Warriors notebook: Tyler acquisition a stunner

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Warriors notebook: Tyler acquisition a stunner

June 23, 2011

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Matt Steinmetz
CSNBayArea.com

OAKLAND -- Well, the selection of Klay Thompson by the Warriors wasn't much of a surprise. But acquiring the rights to center Jeremy Tyler was.The Warriors, with the help of owner Joe Lacob's wallet, acquired Tyler from the Charlotte Bobcats, who had selected him at No. 39. The Warriors paid 2 million for those rights."This is the kind of aggressive move we're pleased to be able to make," Warriors executive vice president Larry Riley said. "That's a credit to ownership. We're trying to improve this team in any way we can. It will be a developmental process. I don't know how quickly he'll be able to perform in the NBA. But he's an NBA talent. There will be an onus on him to go to work."Tyler's story is among the most fascinating of any of the draftees. He averaged 28.7 points and 12 rebounds as junior at San Diego High in California, and committed to the University of Louisville. But he elected to skip his senior season and instead play professionally in Israel.
He played just 10 games in the Israeli League and then left the team for personal reasons. The last team he played for was the Tokyo Apache in the Basketball Japan League for the 2010-11 season."He is a person of size both height and bulk," Riley said. "He's played a limited amount of basketball in terms of the professional game but he's young."Monta talk: Warriors executive vice president Larry Riley was at the podium for about two minutes after the team picked Klay Thompson before the inevitable question was asked.NEWS: Warriors take Klay Thompson with No. 11 pick
Did the selection of Thompson, a big shooting guard, mean that Monta Ellis was more likely to be traded?Said Riley: "This in no way affects the motivation to trade any player."Well, that settles that -- for about the next few hours anyway or until the next Monta Ellis trade rumor surfaces.Jenkins at No. 44: The Warriors selected Hofstra shooting guard Charles Jenkins with the No. 44 pick -- no doubt in large part because one of the Warriors scouts, Speedy Claxton, also played at Hofstra and was quite familiar with him.Claxton played for the Warriors during the 2003-04 season and part of the 2004-05 season before he was traded to the New Orleans Hornets. He has been a scout for the Warriors for the past two seasons, working primarily on the East Coast.Jenkins broke Claxton's scoring records at Hofstra. Jenkins is a combo guard who can score from the perimeter and get to the rim. He shot 42 percent from 3-point range last season as a senior.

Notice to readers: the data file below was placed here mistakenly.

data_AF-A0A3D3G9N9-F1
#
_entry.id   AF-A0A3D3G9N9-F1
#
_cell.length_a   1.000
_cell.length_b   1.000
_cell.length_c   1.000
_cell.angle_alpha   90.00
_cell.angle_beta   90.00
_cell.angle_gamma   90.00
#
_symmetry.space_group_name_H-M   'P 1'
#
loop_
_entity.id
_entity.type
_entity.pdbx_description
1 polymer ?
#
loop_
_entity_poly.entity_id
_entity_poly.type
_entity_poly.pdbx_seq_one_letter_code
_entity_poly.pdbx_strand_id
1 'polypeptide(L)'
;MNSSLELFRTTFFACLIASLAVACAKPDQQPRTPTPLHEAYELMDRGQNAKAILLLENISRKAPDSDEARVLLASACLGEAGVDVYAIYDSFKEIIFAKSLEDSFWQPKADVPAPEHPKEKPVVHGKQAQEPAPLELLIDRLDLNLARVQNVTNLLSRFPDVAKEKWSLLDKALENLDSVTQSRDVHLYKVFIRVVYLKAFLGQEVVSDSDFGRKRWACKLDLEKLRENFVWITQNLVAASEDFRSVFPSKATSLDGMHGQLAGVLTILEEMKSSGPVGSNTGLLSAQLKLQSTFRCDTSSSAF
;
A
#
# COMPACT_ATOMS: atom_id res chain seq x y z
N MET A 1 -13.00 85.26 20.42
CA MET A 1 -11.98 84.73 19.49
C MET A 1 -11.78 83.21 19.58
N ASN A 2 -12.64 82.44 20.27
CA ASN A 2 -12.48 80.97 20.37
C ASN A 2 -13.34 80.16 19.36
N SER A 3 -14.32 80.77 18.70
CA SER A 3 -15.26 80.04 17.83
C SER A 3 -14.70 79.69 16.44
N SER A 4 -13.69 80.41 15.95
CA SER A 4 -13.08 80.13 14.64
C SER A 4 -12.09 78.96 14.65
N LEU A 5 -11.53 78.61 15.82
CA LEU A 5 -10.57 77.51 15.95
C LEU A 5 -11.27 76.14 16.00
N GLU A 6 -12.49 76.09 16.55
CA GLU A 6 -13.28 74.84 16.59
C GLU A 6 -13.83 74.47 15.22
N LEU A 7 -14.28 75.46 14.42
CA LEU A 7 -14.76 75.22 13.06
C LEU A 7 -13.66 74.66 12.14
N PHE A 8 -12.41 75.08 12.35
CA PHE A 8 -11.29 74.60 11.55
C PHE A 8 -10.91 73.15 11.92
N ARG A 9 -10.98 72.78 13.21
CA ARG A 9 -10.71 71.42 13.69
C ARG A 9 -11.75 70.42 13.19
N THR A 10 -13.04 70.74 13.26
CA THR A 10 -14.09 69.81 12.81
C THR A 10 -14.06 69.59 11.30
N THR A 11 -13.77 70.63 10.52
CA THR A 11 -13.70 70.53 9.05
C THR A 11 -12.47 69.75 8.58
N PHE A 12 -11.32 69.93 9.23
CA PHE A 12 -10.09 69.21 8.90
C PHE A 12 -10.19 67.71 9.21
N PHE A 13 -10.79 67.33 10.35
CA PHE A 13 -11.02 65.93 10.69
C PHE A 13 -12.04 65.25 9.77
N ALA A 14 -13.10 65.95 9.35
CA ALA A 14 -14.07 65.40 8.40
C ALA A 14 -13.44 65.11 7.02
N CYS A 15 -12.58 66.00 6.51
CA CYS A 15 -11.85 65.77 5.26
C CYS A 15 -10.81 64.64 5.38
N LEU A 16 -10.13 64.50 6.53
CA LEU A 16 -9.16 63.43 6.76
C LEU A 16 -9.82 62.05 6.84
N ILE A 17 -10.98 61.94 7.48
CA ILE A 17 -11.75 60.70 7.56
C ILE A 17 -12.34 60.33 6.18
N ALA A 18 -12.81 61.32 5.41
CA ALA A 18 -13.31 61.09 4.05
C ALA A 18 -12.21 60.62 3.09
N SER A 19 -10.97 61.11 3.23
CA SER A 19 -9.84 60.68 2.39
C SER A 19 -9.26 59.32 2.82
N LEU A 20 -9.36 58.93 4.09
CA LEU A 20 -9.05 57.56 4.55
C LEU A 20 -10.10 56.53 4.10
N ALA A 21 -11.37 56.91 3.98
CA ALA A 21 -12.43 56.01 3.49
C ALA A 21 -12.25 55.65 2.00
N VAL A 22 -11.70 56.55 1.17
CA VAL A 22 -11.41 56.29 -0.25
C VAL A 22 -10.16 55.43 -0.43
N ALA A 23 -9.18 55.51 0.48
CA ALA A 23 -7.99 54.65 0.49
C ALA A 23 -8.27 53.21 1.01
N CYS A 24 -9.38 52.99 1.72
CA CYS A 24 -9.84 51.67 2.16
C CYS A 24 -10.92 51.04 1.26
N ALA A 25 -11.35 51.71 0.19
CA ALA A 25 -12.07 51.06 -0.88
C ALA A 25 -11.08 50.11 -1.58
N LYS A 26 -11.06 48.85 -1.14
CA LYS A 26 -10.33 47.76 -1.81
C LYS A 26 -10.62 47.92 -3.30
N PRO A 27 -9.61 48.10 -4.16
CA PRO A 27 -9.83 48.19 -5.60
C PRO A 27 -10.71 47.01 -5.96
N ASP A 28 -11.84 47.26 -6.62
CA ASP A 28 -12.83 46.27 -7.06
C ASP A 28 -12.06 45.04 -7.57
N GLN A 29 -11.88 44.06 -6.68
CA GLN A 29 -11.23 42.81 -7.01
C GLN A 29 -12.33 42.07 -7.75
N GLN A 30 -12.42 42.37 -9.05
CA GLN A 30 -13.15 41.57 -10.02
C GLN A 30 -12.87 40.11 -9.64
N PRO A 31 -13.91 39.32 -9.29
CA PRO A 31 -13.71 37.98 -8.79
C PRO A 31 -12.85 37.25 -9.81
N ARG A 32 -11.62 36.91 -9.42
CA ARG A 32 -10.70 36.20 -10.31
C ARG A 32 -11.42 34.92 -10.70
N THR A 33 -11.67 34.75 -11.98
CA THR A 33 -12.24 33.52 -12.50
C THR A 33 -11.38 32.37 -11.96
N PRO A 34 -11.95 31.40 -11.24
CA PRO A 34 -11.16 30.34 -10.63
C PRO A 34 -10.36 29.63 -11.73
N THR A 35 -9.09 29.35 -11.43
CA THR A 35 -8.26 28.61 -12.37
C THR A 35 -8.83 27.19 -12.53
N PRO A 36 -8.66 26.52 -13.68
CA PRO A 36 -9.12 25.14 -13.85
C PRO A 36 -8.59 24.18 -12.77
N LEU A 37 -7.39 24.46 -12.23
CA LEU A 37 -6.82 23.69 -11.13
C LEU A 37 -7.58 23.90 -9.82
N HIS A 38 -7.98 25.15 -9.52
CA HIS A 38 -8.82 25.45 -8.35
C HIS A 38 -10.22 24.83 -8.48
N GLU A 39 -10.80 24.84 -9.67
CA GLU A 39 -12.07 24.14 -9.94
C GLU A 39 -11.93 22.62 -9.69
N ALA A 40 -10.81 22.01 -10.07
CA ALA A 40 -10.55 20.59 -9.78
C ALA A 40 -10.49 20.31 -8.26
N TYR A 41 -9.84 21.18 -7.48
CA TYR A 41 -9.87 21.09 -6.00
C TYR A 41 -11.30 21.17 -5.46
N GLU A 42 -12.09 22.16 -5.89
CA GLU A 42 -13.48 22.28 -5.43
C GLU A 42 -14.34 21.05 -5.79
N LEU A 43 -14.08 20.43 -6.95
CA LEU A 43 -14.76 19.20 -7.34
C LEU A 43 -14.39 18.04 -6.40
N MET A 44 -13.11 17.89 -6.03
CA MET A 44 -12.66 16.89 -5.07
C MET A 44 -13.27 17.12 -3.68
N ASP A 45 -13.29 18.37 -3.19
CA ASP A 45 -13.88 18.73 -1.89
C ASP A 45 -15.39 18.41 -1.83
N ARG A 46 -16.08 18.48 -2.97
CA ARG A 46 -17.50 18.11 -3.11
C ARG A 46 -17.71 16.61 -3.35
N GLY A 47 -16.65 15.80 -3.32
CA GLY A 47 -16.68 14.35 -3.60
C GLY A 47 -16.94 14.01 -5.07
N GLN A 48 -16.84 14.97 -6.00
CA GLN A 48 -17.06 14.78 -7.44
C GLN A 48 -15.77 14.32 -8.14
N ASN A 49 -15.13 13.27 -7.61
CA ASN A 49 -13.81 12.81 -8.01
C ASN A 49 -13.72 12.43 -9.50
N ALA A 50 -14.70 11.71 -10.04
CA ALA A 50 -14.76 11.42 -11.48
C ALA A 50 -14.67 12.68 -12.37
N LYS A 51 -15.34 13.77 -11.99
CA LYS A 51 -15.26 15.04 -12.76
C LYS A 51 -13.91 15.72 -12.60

Livingston on Kerr: 'He’s our leader ... somebody that we count on'

Livingston on Kerr: 'He’s our leader ... somebody that we count on'

OAKLAND -- Though much has been said about the agonies and challenges facing Steve Kerr, including speculation about when, or if, he’ll return as head coach of the Warriors, little has been put into words that capture the significance of his absence.

This is perhaps because it can be difficult to explain how one man is able to influence a roster of supremely talented athletes, at the wealthiest point of life, with wildly divergent personalities, at different career stages.

Veteran guard Shaun Livingston, a man who knows perspective as well as anyone in the NBA, took a moment Saturday to cut through the palaver and pity to offer a clear and vivid illustration of Kerr’s value as a man and as a coach.